Majority of PGA Tour pros need coronavirus testing in place at every event to return to competition, according to Golf Digest survey
After eight weeks off due to the COVID-19 pandemic and with another six weeks until tournaments are scheduled to resume, many PGA Tour pros are eager to compete once more. That’s not to say, however, they’re willing to resume the 2019-’20 season without certain safety measures in place. And, at least for a majority of tour pros Golf Digest surveyed, those measures must include a comprehensive testing system in place at every tour event.
Our reporters received responses in recent days from 35 players after asking them to give their thoughts to the following query:
Which of the following describes your attitude about returning to competition:
A) I don’t need anything to be different than before the virus. I’m ready to play.
B) I am willing to compete under whatever safety measures the PGA Tour chooses to implement, but don’t think we need comprehensive testing at tournaments.
C) I am only willing to compete if there is a comprehensive testing plan in place at every event.
D) I am not willing to compete until a vaccine or major medical development is in place.
Eighteen of the 35 players (51.4 percent) said they most closely identified with Answer C, which stipulated the need for comprehensive testing at every tournament.
Players, who were told they could answer anonymously, were also asked to elaborate further regarding their thinking. Some chose to go on the record while others asked for anonymity, but their responses help frame the issues many within golf are weighing as they contemplate a return to competition.
“I do trust [the Tour’s] decision-making process, but I’m not sure that the decision to start playing or not start playing has much to do with trusting their decisions,” said Stewart Cink. “To me this feels like a very personal decision about when the comfort level is enough to get back out there traveling. And also there’s still the very significant factor of social accountability and whether it's right to get back into a routine where everyone is traveling, etc.”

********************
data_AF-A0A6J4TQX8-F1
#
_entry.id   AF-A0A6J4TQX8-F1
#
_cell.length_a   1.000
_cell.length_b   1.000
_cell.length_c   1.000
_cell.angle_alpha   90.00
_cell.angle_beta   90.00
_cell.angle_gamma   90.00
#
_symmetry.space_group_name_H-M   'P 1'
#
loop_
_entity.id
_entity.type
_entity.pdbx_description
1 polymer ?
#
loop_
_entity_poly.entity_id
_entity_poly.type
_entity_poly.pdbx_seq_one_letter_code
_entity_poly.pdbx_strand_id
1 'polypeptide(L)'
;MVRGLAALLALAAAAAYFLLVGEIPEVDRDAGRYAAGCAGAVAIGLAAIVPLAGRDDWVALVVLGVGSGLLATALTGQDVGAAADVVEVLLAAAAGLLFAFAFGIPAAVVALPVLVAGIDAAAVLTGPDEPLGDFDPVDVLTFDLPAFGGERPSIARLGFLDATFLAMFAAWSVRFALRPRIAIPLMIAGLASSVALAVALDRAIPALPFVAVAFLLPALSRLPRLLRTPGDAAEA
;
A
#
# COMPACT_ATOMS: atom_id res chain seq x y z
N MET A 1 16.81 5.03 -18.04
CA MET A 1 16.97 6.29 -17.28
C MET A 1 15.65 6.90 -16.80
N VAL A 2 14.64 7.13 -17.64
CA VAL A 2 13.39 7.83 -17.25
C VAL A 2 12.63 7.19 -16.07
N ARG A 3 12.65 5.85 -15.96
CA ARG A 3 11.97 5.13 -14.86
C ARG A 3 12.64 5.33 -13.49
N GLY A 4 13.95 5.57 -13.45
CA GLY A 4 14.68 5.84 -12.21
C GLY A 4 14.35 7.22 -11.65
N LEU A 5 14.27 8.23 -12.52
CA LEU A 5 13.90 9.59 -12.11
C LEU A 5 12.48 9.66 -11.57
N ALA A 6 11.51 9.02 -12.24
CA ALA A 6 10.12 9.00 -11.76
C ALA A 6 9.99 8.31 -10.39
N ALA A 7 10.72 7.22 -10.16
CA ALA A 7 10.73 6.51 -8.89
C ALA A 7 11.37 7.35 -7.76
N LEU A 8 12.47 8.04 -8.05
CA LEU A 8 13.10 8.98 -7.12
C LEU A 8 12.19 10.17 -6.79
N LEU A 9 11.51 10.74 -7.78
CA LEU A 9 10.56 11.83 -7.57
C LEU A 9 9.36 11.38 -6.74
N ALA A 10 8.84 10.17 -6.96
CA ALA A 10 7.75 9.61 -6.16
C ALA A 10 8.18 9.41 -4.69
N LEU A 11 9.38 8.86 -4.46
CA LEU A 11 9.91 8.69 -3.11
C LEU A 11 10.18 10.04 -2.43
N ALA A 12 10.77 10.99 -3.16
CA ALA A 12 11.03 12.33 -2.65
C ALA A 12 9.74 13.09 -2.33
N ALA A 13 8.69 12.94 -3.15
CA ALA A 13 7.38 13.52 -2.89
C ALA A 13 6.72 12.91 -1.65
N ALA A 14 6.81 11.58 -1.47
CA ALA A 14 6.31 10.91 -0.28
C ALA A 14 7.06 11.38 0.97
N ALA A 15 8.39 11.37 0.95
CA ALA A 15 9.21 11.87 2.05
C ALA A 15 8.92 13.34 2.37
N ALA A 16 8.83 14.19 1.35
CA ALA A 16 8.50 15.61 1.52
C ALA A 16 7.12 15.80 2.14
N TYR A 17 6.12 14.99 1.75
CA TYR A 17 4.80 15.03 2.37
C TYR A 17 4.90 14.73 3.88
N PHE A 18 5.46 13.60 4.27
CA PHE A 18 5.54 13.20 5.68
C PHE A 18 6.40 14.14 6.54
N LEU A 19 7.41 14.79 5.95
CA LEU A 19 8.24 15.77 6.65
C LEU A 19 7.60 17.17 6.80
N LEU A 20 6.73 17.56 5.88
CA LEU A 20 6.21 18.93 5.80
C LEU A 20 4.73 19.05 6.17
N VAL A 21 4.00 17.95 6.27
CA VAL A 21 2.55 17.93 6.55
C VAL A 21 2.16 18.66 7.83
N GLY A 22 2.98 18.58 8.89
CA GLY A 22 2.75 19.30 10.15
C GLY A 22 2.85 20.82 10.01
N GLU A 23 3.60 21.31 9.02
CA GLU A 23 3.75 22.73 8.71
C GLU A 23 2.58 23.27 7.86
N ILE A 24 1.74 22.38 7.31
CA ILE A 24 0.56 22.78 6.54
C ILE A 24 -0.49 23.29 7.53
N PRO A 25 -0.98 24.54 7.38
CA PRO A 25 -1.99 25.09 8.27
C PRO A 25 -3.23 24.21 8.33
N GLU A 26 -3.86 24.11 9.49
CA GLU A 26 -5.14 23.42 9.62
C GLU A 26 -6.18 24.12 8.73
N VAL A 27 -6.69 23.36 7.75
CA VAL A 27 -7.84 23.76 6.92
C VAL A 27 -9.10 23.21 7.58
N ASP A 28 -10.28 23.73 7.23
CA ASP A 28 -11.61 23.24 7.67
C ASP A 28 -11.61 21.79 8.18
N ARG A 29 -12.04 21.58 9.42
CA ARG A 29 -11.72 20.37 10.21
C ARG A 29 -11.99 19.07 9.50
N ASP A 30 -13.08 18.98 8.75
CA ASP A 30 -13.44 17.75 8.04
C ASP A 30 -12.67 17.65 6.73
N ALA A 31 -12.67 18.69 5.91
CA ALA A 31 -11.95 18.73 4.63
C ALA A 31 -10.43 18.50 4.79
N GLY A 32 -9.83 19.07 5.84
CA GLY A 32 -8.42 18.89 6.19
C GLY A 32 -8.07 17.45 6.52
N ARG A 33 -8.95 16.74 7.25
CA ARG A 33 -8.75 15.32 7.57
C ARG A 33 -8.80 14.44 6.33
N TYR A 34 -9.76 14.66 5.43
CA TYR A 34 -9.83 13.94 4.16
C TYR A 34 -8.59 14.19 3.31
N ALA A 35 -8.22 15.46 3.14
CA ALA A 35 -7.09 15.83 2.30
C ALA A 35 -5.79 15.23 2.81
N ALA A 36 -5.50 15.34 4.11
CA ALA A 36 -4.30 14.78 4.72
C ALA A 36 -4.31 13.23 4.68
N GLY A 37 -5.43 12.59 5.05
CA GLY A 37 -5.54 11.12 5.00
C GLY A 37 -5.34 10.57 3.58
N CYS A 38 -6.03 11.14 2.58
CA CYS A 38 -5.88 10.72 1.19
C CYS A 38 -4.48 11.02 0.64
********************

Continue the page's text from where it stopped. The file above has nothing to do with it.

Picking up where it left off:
“I’m willing to compete when the Tour and the proper medical authorities come up with a good [testing] plan,” said Charles Howell III. “Golf is a different animal because we rely on travel, hotels, restaurants, gyms, etc., to be open and things functioning as safe as possible.”
Since the PGA Tour announced last month its plan to resume the season in June with the Charles Schwab Challenge in Fort Worth, an event that would be held without spectators, tour officials from commissioner Jay Monahan on down have been clear that widespread testing being available for players, caddies and other constituents would be the only way they'd initiate a re-start to its season. Exactly what kind of testing the tour would employ, how frequently it would be done and who would be required to take the test are still, however, being determined. A source tells Golf Digest that discussions are ongoing as to whether nasal or saliva tests would be administered, and if a separate antibody test will also be conducted.